9. Has your state adopted NFPA 25: Standard for the Inspection, Testing and Maintenance of Water-Based Fire Protection Systems?
10. Does your state have any pending legislation more restrictive or less restrictive? Hotels & Apartments, Dwellings & Lodging Housing, Health Care, Nursing Homes, Education, Public Assembly, Business Occupancies, Mercantile, Institutional, Other.
11. Does your state have fire sprinkler retrofitting requirements for the following occupancies? Hotels & Apartments, Dwellings & Lodging Housing, Health Care, Nursing Homes, Education, Public Assembly, Business Occupancies, Mercantile, Institutional, Other.
12. Are there any towns or cities that you are aware of that have retrofitting requirements in excess of the state requirement? Please provide a contact person and phone number for more information regarding retrofitting.
13. Does your state require a PE to do sprinkler design concepts (i.e., identify occupancies and water supply)?
14. Does the Office of the State Fire Marshal have authority over all projects in the state or only over state-owned or state-financed projects?
15. Are there any local jurisdictions that you know of in your state that have residential ordinances for the following occupancies? Single-family, Multi-family, High-rise condo/apartment. Please list.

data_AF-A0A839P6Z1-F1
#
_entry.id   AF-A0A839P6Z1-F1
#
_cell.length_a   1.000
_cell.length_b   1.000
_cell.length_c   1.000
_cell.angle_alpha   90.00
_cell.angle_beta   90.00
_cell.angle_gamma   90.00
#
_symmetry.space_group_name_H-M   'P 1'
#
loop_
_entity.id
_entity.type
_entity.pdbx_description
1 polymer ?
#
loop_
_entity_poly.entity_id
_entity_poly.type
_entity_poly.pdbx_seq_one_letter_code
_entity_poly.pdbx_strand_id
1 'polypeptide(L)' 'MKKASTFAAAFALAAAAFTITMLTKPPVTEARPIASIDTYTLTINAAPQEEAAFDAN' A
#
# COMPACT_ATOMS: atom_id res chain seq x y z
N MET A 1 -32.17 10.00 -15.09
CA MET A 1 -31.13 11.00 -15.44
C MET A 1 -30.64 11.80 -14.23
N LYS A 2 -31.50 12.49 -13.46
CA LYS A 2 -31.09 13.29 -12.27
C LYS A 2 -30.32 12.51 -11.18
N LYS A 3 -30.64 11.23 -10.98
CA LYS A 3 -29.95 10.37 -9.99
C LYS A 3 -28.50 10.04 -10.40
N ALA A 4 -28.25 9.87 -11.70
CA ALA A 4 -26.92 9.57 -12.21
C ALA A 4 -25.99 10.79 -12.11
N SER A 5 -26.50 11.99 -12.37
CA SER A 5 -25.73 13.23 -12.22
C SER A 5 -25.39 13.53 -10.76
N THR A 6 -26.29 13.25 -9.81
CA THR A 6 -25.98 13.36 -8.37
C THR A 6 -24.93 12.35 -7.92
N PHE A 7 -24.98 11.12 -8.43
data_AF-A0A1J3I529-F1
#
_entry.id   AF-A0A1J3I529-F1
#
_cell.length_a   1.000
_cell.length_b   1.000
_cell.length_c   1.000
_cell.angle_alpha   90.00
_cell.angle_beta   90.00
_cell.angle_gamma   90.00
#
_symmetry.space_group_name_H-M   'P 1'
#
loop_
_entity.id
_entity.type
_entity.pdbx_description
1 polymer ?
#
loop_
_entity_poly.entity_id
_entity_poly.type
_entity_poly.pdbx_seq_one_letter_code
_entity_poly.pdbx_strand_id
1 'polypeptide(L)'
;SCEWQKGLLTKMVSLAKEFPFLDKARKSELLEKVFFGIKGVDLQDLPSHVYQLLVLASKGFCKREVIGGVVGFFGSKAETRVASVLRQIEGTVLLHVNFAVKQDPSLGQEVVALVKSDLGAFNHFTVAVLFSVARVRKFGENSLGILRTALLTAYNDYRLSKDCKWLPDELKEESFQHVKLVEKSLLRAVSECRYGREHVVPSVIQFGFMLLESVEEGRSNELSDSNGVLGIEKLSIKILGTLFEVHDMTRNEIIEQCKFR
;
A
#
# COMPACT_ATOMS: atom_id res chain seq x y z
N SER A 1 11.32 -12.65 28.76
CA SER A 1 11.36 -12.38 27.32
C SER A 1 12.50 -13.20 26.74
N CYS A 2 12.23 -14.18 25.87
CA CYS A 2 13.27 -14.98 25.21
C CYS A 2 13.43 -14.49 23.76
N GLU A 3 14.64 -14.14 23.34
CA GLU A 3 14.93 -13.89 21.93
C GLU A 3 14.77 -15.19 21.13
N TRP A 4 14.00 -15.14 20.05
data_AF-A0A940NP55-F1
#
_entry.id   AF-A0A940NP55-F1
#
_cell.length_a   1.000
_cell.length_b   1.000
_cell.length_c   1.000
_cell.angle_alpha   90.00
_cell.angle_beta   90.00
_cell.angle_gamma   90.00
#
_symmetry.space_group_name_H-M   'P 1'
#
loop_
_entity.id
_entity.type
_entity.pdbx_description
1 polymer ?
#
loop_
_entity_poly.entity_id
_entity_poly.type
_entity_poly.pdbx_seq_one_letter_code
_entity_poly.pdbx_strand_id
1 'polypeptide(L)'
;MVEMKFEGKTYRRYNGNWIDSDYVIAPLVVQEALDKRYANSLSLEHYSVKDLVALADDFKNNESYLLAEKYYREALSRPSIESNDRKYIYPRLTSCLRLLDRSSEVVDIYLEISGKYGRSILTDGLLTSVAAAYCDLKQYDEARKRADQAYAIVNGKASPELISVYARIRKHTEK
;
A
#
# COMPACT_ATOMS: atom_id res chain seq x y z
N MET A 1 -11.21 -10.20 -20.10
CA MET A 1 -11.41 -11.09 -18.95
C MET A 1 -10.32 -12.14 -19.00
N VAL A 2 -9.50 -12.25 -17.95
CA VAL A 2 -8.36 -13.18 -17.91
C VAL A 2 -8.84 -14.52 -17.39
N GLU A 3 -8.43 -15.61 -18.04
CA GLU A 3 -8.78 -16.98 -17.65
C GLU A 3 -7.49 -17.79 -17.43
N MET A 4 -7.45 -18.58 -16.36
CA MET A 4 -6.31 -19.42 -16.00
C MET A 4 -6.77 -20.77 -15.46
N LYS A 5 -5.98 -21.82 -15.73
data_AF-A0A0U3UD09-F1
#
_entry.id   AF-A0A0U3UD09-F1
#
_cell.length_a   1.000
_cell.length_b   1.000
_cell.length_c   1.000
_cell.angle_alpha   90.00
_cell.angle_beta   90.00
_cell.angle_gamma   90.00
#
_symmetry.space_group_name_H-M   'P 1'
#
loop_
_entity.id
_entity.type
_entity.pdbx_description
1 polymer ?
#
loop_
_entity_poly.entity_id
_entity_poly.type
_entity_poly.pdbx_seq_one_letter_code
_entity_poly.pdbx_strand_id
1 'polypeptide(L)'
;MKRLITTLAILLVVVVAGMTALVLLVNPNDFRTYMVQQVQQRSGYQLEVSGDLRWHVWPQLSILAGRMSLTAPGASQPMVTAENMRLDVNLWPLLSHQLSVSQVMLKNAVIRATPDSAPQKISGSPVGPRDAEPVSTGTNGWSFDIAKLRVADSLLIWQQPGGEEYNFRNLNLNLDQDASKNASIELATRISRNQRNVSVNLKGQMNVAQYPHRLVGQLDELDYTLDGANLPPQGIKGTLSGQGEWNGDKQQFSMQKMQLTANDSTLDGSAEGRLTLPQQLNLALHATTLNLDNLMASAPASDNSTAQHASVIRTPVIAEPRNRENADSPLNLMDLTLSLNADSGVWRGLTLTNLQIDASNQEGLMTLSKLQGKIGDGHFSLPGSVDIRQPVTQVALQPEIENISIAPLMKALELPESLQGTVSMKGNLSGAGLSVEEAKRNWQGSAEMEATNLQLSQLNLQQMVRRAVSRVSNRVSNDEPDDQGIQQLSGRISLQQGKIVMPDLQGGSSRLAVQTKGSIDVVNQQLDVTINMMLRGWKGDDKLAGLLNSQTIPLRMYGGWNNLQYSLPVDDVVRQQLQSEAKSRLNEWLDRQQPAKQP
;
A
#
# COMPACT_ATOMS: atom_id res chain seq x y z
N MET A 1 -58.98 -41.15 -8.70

16. Please provide a telephone number that a person can call if he/she has questions about jurisdiction in your state (i.e. State vs. Local Authorities) regarding fire sprinkler plan review/inspection.
17. Does your state require certification of Plan Reviewers? Inspectors?
18. Does your state require licensing for Fire Sprinkler Contractors? Fire Sprinkler Fitters? Fire Sprinkler Designers?
19. Does your state require the following for sprinkler drawings: PE/Architect Seal? NICET Level III? NICET Level IV?
Regarding pending sprinkler legislation, the state of Florida has legislation pending for requirements in hotels and apartments, more restrictive than the state code. In Hawaii, more restrictive legislation is pending for business occupancies. There is a mandate to sprinkler all high-rise buildings in Louisiana. Missouri has legislation pending for educational facilities and high-rise retrofits. In New Jersey, legislation is pending for college dorms, fraternities and sororities according to BOCA National Building Code provisions.